Raindance writes: "Scientific American recently explored how the traditional way of calculating calories has failed to keep up with science: "When the calorie was originally conceived it was in the context of human work... chemical fire with which to get the job done, coal in the human stove. Fat, it has been estimated, has nine calories per gram, whereas carbohydrates and proteins have just four; fiber is sometimes counted separately and gets awarded a piddling two. Every box of every food you have ever bought is labeled based on these estimates; too bad then that they are so often wrong."
Raindance writes: "All the back-and-forth about Anonymous may obscure the real story: insurance. "even if Anonymous isn't behind the keyboard, so-called 'ethical hacking' is likely to increase in popularity. Given this, it'll become as common to hedge your risk from hacking as it is to hedge your risk from fire or flooding. But insurance companies aren't dumb, and it's likely that the premium on cybersecurity insurance will strongly reflect how much of a high-profile hacker target a company is. Just like it's more expensive to insure a coastal home from hurricanes, so too it'll be more expensive to insure a company popularly seen as brazenly greedy against hackers.""
Raindance writes: "A team at the University of Utah has unveiled a system to map and digitize brain tissue, fulfilling one of the long-standing holy grails of neuroscience and enabling for the first time in-depth analysis of how mammalian neural networks function. So far maps for the entire retina and related neural networks have been released; no ETA on a full-brain digital reconstruction yet. And yes, one of the lead authors reads Slashdot."
Raindance writes: "Legal expert John Tehranian has a new piece, Infringement Nation (PDF warning- also covered by Ars), that tallies the copyright liability from a 'hypothetical' law professor's daily routine to explore how pervasive and unavoidable copyright infringement has become to daily life — even without p2p. FTA: By the end of the day, John has infringed the copyrights of twenty emails, three legal articles, an architectural rendering, a poem, five photographs, an animated character, a musical composition, a painting, and fifty notes and drawings. All told, he has committed at least eighty-three acts of infringement and faces liability in the amount of $12.45 million (to say nothing of potential criminal charges). There is nothing particularly extraordinary about John's activities. Yet if copyright holders were inclined to enforce their rights to the maximum extent allowed by law, he would be indisputably liable for a mind-boggling $4.544 billion in potential damages each year. And, surprisingly, he has not even committed a single act of infringement through P2P file sharing. Such an outcome flies in the face of our basic sense of justice. Indeed, one must either irrationally conclude that John is a criminal infringer — a veritable grand larcenist — or blithely surmise that copyright law must not mean what it appears to say. Something is clearly amiss. Moreover, the troublesome gap between copyright law and norms has grown only wider in recent years."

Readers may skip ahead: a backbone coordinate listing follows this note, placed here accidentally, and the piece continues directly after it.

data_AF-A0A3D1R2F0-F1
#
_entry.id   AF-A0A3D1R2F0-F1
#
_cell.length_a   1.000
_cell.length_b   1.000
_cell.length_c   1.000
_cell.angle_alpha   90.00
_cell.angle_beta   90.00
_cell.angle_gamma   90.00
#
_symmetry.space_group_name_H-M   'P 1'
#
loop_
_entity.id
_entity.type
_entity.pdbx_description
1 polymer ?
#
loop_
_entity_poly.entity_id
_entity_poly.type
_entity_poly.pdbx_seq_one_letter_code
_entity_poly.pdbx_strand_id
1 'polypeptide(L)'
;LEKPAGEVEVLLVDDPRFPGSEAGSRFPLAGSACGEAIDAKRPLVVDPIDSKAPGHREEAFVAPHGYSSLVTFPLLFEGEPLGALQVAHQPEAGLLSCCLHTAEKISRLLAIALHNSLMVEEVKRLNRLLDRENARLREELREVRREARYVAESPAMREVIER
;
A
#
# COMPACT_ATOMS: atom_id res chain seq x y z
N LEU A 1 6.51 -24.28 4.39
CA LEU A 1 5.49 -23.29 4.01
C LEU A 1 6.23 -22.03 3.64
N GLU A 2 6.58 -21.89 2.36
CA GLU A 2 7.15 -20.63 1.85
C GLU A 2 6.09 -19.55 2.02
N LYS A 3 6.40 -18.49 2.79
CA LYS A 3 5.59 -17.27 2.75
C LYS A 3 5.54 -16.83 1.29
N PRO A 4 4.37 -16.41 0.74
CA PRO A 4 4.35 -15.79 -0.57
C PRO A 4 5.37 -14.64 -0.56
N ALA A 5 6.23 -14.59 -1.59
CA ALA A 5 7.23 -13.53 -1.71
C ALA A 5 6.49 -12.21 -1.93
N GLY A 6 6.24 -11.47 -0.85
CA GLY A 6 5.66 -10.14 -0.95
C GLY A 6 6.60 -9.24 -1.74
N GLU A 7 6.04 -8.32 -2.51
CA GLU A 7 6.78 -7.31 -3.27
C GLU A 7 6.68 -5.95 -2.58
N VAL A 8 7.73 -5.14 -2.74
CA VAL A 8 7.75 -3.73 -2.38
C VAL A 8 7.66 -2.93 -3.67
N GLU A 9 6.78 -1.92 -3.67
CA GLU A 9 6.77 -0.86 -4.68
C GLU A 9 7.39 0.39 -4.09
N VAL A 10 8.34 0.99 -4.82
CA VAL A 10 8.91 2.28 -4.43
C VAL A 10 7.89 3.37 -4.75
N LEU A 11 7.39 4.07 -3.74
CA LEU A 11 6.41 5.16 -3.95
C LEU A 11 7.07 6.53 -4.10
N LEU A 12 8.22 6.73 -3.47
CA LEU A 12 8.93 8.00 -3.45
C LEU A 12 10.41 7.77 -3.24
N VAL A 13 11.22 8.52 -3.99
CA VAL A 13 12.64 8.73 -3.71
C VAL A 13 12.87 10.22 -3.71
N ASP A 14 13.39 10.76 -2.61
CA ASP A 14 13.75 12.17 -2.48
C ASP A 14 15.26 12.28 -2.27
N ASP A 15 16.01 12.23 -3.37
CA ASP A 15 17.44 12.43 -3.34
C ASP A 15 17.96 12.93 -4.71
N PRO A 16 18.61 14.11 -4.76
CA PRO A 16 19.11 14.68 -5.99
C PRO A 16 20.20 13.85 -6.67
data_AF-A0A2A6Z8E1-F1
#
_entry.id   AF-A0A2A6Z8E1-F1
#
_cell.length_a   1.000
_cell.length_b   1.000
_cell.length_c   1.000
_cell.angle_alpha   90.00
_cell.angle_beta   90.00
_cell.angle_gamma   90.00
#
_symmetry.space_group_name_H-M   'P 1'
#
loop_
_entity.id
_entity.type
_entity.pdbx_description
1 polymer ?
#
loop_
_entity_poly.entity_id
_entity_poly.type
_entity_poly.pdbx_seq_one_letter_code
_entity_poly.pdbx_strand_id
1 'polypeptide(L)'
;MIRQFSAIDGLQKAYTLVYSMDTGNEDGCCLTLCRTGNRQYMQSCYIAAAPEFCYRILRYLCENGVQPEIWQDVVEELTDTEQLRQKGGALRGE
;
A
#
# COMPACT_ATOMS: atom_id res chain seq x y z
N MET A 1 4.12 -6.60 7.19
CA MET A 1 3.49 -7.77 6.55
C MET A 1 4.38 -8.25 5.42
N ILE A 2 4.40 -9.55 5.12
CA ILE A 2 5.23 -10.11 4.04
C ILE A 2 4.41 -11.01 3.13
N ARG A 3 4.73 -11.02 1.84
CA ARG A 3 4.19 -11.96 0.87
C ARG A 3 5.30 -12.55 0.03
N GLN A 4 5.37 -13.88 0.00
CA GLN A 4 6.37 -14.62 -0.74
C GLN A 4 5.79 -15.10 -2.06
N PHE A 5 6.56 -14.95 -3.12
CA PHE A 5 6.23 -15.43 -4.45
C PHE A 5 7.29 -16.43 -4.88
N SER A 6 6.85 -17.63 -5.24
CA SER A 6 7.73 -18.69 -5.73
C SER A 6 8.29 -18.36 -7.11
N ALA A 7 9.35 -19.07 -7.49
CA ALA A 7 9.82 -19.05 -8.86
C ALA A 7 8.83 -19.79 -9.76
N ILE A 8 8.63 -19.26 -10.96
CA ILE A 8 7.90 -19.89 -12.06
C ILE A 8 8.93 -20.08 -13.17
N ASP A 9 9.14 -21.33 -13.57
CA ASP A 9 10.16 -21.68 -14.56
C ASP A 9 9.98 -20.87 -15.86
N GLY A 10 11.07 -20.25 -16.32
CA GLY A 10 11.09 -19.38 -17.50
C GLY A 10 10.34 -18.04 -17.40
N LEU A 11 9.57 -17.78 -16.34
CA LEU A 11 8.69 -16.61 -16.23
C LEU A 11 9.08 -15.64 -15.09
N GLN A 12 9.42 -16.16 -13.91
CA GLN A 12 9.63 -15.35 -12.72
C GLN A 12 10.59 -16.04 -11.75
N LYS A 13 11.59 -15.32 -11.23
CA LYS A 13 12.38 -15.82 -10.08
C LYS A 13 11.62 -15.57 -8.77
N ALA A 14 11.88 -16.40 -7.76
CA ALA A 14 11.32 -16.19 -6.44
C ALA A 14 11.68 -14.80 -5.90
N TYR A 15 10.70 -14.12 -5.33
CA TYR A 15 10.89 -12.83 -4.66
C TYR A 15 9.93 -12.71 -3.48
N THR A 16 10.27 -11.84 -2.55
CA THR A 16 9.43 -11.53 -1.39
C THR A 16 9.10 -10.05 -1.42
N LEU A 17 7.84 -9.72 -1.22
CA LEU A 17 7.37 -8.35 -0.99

Raindance writes: "Jason Calacanis just launched Mahalo, a search engine where users get hand-crafted portal-like results. It's based on the theory that many people are searching for the same things, that search engine spam is making Google less useful for common queries, and that humans are still wiser than algorithms at sifting through results and finding the really good stuff. Essentially, the site plans to have employees (along with a dash of user-submitted content) build a portal of links to the best information for each popular search term. But the key to Mahalo's viability is that it can give people intelligent context about links. And context is king."
Raindance writes: "What fundamentally new things should we expect to arise from wikis? From Larry Sanger's Keynote at Germany's Handelsblatt IT Congress: "What if there were similar, Wikipedia-like global collaborations for every profession and global industry? Our professions and industries worldwide could use the same sort of collaborative techniques to create new kinds of resources that would be enormously valuable. Imagine what people in your industry, or your profession, could do if very many of them were ready to get together to collaborate online, Wikipedia-style.""